net.wars: Defending your Net

by Wendy M Grossman | posted on 28 December 2002

Bill Thompson took to the ICA a few weeks ago with a question: Is Big Business Killing the Net? Even he had to admit this was simple. Yes. Next?

Wendy M Grossman

What we should do about it is harder. Thompson seems to be carving out a niche for himself as the anti-USAnian, anti- Barlovian, European sovereigntist Net radical. He thinks Europe needs its own Net. He thinks the Web is dead . And, at the ICA, he said he a regulated Net would be a good thing.

His argument went something like this. The Net is not a separate "space" from the governmentally controlled, nationized real world. Regulation is inevitable. If we accept it and participate, we can ensure that some of our core values are embedded in whatever regulatory regime is eventually adopted. If we fight it, we'll be stuck with whatever they (corporations, governments) impose upon us. Yes, they're killing the historical Net, but that has to happen anyway. We would, he argued, be nowhere without the business investment of the last decade, because by 1990 Net development had run out of streamand we should be grateful to all those small shareholder who lost their shirts on dot-coms because they paid for it for us.

Well, but much of the money lost by small investors lost didn't go into building the Internet. It went into the pockets of venture capitalists and company founders. Surely we could have found a more equitable and efficient way of allocating the capital if building out the Internet's infrastructure was what we wanted to do. I'd imagine that more of the build-out was paid for by businesses and consumers who paid ISPs for their connections.

I also dispute Thompson's idea that Intel, IBM, and Sun will kill off today's copyright wars when they get around to flexing their muscles. The PC business may, as Cringely says, be 12 times the size of the US movie business, but I can't believe it's bigger than the worldwide movie business, the music business, and print publishing all put together. Plus, computer companies themselves depend heavily on IP protection.

It's fair enough that Thompson doesn't relish having the First Amendment forced down his throat, but he incorrectly connects it to the proliferation of junk email. The First Amendment does not in general protect commercial speech, and anyway, the flooding crap is from all over the place: Korea, Japan, the UK, and of course, Nigeria, Angola, Nigeria, West Africa, and Nigeria.

I have a lot of sympathy with people who are disgusted with the US right now - from reneging on Kyoto to imprisoning "suspected terrorists" without trial to allowing big corporate interests to dictate everything, it's not a pretty sight. But that doesn't make a European Net a logical idea. If Thompson doesn't want to live under US law, does he want to live under Chinese or Burmese law? A system that allows someone posting hate speech on a Web site in the US to be prosecuted under British law works both ways.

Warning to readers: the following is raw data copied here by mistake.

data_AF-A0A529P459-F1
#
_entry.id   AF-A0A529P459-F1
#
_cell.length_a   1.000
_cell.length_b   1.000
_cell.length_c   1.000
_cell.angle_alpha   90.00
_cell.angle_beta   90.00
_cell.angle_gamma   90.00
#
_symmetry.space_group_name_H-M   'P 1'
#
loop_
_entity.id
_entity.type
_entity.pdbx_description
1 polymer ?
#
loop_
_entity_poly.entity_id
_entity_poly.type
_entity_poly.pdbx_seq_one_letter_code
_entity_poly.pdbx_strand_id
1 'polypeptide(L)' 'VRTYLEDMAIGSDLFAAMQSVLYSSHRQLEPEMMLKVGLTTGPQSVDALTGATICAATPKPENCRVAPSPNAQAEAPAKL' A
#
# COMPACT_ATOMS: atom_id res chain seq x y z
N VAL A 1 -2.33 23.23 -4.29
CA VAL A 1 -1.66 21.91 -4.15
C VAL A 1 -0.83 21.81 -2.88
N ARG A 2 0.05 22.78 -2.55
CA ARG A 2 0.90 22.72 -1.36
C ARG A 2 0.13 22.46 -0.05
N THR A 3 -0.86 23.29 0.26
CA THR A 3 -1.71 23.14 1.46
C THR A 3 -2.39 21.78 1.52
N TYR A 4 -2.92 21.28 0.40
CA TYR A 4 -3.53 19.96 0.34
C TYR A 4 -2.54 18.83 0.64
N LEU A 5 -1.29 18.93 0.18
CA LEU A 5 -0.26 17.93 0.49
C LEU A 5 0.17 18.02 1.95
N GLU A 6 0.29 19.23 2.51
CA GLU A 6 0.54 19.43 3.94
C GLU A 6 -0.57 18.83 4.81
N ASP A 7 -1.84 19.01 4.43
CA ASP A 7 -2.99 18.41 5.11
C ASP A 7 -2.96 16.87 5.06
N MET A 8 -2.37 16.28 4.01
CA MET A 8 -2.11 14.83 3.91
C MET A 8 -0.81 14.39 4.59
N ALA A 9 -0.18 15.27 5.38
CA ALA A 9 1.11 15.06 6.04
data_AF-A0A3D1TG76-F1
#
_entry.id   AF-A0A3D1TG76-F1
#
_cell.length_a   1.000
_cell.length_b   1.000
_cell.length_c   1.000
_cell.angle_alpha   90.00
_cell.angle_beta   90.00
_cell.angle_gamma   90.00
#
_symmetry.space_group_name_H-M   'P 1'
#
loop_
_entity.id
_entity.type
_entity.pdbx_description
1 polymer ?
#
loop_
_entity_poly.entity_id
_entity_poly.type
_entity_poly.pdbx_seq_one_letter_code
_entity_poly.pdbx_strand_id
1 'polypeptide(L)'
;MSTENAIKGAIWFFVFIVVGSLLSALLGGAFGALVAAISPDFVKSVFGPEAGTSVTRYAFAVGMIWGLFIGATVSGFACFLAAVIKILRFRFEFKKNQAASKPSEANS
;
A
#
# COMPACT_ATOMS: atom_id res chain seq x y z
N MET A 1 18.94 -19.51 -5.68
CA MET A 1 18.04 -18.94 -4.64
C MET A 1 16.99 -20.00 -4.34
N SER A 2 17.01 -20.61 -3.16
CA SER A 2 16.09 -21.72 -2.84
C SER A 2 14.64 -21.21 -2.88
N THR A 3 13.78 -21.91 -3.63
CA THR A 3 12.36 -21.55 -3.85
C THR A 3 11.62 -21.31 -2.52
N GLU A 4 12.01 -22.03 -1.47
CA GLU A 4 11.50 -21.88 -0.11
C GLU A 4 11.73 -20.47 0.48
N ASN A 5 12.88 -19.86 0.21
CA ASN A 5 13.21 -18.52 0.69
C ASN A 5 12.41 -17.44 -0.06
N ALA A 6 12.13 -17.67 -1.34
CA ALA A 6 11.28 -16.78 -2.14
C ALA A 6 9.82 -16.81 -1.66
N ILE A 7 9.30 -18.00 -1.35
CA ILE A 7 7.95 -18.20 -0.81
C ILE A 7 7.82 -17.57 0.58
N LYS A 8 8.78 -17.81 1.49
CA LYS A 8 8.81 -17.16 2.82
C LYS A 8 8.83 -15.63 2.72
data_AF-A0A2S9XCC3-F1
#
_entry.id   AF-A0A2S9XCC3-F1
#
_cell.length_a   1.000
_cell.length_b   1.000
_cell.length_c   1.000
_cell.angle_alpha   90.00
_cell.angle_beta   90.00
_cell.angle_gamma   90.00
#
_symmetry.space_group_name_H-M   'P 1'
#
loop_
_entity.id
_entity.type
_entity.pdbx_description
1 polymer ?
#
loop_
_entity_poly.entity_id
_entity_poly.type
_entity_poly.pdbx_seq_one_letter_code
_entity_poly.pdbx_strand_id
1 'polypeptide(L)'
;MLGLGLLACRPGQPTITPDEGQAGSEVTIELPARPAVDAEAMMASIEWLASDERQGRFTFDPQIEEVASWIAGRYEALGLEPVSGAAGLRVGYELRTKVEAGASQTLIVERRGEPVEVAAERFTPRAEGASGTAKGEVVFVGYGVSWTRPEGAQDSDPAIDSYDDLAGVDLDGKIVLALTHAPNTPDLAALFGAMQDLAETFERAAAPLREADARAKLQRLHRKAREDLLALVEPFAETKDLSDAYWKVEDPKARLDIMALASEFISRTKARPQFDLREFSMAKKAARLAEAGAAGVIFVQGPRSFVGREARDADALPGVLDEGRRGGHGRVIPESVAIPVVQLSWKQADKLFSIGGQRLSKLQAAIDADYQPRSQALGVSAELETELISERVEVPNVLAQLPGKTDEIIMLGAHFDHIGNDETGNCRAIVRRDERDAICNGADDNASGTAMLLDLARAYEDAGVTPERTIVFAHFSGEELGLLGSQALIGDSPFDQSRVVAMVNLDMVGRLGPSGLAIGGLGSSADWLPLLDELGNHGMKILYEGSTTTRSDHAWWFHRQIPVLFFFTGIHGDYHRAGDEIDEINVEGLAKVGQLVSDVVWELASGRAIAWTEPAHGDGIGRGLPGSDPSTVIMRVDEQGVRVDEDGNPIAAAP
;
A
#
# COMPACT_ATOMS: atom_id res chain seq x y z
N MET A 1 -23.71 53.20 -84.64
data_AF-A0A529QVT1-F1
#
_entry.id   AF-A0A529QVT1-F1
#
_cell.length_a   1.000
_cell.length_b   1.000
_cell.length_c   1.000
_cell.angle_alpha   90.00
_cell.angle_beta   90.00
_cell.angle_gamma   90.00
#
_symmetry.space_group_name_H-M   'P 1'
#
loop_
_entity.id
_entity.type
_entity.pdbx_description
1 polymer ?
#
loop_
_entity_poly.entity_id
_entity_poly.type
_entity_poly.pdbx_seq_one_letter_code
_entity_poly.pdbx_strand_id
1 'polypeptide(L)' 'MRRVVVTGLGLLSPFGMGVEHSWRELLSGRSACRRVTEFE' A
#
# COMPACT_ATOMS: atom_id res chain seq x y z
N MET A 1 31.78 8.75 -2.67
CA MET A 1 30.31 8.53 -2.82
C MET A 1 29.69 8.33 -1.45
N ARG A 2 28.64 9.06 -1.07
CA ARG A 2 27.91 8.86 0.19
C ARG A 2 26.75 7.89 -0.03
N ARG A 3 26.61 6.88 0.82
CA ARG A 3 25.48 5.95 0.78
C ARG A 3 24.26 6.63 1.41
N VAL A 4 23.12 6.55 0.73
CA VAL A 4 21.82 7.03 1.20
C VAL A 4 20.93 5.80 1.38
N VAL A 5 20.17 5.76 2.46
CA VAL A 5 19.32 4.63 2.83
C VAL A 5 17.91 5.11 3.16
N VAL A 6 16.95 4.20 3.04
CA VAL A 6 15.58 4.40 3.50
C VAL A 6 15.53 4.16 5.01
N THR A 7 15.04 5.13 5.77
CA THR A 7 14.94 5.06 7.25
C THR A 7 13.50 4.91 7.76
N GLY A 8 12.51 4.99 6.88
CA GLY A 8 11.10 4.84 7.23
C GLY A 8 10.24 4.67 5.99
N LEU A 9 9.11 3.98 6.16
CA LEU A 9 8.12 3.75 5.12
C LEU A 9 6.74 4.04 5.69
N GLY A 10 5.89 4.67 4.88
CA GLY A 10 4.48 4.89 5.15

One of the things about the business of net.prophecy is that people often don't care whether they're right as long as they're controversial. Is Thompson one of those guys? Either way, is he right? (Bear in mind, this is someone who would rather have Flash).

Plenty of people have been predicting for years that the old Net culture would be razed in the interests of a controllable Net. Larry Lessig argues that the cable companies with their inroads into broadband in the US and their desire for content-based routing will, if they are not stopped, turn the Net into a few-to-many broadcast system with no room for P2P or any of the grass roots publishing we enjoy now. Barlow is now saying that we've got a three-year window to stop the corporations from taking control of the entire public domain of free speech.

I don't think the cause is as lost as that. But I think it can be if we stop fighting back.

With all these dooms to choose from, it seems to me the first question is: what is it exactly that we want to save? Surely we are not devoted to protecting old technology for its own sake. No one uses Gopher, FTP, or Archie if they can use the Web, and people are migrating to XML happily enough. Nor do we necessarily object to certain types of regulation. We scream fast enough if the IWF threatens to take away our favorite newsgroup, but we certainly expect the relevant authorities to help if we get ripped off online or if someone propagates viruses. We are even willing to accept that people and businesses using the Net in a particular country are subject to that country's law.

But Gibson's characterization of the Net as a place has persisted so long because it feels like a place. It is not nonsense to claim that we have different rights and mores there. Even within the physical world we have different rights in, say, the street if we are driving rather than walking. Our key act in cyberspace is not typing but the distribution and content of that typing. It is the open access to distribution that we want to save. If we think about it that way, the other battles over copyright, broadband access, routing, and centralized control all fall into coherence.

Wendy M. Grossman’s Web site has an extensive archive of her books, articles, and music, and an archive of all the earlier columns in this series. Readers are welcome to post here, at net.wars home, follow on Twitter or send email to netwars(at) skeptic.demon.co.uk (but please turn off HTML).